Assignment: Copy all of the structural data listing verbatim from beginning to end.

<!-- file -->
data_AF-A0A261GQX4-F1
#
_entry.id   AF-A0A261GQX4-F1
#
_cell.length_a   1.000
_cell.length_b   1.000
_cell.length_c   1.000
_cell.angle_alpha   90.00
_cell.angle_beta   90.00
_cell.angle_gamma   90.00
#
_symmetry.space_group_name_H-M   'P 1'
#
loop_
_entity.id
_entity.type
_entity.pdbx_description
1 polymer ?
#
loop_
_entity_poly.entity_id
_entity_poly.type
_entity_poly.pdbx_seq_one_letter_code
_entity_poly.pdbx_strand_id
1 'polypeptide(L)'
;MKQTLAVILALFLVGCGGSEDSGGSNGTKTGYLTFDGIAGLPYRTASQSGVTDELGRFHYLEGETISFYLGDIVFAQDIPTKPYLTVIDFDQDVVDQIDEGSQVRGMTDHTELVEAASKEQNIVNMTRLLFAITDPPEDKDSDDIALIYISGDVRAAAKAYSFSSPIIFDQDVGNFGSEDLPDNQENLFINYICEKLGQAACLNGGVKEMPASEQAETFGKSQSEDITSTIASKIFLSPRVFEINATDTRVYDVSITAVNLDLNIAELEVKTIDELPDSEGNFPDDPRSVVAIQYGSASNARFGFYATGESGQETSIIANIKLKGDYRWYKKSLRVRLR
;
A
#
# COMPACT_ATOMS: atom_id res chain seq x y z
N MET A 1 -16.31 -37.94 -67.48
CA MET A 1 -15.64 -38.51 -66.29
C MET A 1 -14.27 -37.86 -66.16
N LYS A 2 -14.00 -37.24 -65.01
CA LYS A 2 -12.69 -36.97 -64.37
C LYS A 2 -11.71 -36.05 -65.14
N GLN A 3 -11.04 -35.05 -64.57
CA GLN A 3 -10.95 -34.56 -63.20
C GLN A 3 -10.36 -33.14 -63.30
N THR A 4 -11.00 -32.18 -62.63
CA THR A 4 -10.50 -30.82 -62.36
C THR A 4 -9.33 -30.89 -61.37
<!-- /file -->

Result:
data_AF-A0A261GQX4-F1
#
_entry.id   AF-A0A261GQX4-F1
#
_cell.length_a   1.000
_cell.length_b   1.000
_cell.length_c   1.000
_cell.angle_alpha   90.00
_cell.angle_beta   90.00
_cell.angle_gamma   90.00
#
_symmetry.space_group_name_H-M   'P 1'
#
loop_
_entity.id
_entity.type
_entity.pdbx_description
1 polymer ?
#
loop_
_entity_poly.entity_id
_entity_poly.type
_entity_poly.pdbx_seq_one_letter_code
_entity_poly.pdbx_strand_id
1 'polypeptide(L)'
;MKQTLAVILALFLVGCGGSEDSGGSNGTKTGYLTFDGIAGLPYRTASQSGVTDELGRFHYLEGETISFYLGDIVFAQDIPTKPYLTVIDFDQDVVDQIDEGSQVRGMTDHTELVEAASKEQNIVNMTRLLFAITDPPEDKDSDDIALIYISGDVRAAAKAYSFSSPIIFDQDVGNFGSEDLPDNQENLFINYICEKLGQAACLNGGVKEMPASEQAETFGKSQSEDITSTIASKIFLSPRVFEINATDTRVYDVSITAVNLDLNIAELEVKTIDELPDSEGNFPDDPRSVVAIQYGSASNARFGFYATGESGQETSIIANIKLKGDYRWYKKSLRVRLR
;
A
#
# COMPACT_ATOMS: atom_id res chain seq x y z
N MET A 1 -16.31 -37.94 -67.48
CA MET A 1 -15.64 -38.51 -66.29
C MET A 1 -14.27 -37.86 -66.16
N LYS A 2 -14.00 -37.24 -65.01
CA LYS A 2 -12.69 -36.97 -64.37
C LYS A 2 -11.71 -36.05 -65.14
N GLN A 3 -11.04 -35.05 -64.57
CA GLN A 3 -10.95 -34.56 -63.20
C GLN A 3 -10.36 -33.14 -63.30
N THR A 4 -11.00 -32.18 -62.63
CA THR A 4 -10.50 -30.82 -62.36
C THR A 4 -9.33 -30.89 -61.37